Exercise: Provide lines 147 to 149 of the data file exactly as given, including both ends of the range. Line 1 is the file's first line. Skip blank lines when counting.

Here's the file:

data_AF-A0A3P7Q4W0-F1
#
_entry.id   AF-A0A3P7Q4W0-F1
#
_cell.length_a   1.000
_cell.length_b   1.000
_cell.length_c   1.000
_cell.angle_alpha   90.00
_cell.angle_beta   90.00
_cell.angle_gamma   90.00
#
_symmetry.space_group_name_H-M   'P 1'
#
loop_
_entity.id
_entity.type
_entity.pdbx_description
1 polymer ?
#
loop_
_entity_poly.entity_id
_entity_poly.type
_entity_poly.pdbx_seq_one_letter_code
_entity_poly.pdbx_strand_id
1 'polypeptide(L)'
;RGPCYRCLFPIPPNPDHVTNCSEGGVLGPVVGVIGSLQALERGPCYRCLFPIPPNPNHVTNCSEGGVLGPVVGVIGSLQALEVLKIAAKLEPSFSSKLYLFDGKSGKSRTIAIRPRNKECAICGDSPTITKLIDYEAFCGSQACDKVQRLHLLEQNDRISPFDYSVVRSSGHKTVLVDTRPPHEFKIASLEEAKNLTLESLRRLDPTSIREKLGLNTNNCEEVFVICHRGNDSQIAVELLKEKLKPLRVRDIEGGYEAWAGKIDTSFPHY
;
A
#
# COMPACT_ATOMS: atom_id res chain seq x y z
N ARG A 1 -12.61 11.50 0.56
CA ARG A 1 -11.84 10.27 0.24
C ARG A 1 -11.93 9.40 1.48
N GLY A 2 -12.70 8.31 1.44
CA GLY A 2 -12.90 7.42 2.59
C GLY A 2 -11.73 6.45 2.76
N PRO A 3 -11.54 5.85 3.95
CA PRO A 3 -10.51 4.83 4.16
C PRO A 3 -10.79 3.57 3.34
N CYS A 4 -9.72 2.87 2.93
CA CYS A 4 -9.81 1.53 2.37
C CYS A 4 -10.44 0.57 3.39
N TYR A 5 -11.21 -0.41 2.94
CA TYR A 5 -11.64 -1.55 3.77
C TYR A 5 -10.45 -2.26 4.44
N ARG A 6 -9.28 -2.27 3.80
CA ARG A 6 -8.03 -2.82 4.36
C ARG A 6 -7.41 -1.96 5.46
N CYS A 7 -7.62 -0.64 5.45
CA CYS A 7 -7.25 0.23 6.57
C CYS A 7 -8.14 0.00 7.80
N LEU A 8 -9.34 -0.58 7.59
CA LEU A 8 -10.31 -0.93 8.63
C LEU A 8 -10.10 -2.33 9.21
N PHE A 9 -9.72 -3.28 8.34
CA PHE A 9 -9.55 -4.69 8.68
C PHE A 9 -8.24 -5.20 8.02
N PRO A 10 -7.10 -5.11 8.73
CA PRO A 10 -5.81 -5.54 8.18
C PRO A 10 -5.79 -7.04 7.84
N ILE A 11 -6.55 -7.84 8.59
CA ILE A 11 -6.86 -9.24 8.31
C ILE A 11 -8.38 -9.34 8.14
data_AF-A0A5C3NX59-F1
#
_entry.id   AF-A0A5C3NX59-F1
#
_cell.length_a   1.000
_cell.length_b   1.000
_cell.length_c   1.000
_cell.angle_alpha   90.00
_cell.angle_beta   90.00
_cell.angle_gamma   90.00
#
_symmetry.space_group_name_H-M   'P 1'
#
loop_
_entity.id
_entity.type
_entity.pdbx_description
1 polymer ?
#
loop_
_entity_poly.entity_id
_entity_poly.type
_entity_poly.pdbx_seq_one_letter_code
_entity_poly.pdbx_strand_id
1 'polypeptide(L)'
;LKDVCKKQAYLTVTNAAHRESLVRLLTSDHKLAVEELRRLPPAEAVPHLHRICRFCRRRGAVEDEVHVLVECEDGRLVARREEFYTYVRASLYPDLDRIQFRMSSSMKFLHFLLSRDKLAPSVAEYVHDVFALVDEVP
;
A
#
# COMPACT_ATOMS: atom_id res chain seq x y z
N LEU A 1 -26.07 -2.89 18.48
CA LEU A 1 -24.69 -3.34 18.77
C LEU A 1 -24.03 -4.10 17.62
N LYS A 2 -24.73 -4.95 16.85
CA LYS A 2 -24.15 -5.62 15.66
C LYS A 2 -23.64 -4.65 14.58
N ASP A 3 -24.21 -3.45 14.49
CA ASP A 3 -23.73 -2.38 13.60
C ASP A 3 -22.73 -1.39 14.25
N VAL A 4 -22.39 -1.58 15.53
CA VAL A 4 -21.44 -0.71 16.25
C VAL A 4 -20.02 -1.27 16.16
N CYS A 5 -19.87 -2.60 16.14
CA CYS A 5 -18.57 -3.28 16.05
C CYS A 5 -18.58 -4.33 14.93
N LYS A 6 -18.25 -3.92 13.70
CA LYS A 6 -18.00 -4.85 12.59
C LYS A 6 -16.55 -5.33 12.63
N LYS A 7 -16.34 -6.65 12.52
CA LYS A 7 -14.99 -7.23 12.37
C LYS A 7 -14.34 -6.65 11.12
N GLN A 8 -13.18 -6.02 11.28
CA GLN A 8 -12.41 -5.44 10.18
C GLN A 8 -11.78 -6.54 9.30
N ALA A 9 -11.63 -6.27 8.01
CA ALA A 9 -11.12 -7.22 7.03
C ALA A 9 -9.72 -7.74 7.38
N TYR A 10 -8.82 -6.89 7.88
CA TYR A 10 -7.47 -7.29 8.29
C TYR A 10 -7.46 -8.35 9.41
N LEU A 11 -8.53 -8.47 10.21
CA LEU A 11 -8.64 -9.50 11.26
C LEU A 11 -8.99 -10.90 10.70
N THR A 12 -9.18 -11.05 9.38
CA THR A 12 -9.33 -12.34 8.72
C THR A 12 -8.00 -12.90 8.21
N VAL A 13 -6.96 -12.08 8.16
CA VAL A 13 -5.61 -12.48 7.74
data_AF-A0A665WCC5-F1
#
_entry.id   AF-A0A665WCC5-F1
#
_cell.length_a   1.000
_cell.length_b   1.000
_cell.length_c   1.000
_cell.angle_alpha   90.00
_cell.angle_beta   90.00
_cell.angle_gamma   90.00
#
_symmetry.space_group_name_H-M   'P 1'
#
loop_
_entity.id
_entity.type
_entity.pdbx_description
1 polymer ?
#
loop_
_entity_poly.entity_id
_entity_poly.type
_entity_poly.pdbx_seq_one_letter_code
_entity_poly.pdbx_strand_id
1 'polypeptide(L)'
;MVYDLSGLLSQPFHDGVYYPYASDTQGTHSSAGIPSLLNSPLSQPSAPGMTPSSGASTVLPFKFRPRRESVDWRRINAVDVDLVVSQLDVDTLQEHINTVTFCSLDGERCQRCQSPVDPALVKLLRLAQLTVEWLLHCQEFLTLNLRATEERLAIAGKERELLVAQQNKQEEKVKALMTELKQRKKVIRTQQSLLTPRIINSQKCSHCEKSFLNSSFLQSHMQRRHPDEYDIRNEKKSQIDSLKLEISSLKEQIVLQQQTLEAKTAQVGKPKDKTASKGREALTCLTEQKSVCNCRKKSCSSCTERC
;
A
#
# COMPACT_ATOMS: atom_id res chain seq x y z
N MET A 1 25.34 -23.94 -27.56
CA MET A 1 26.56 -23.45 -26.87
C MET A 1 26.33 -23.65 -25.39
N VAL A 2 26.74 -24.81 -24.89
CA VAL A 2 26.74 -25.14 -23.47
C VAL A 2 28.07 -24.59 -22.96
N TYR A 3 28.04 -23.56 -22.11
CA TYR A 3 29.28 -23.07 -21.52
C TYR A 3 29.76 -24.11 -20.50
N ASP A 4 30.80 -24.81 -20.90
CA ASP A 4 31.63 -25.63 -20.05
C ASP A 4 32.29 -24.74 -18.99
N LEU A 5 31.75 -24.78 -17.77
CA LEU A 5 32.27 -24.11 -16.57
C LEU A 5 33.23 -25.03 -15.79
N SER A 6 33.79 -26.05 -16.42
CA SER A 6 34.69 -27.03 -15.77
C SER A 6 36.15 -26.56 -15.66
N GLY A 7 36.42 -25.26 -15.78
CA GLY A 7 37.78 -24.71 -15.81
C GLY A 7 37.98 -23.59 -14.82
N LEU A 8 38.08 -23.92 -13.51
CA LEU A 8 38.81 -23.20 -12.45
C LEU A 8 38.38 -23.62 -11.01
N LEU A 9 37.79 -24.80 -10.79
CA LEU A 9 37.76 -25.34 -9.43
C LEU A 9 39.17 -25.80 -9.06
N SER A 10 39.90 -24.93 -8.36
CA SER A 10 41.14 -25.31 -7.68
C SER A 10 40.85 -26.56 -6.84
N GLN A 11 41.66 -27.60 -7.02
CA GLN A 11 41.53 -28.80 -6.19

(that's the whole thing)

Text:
_entity.type
_entity.pdbx_description
1 polymer ?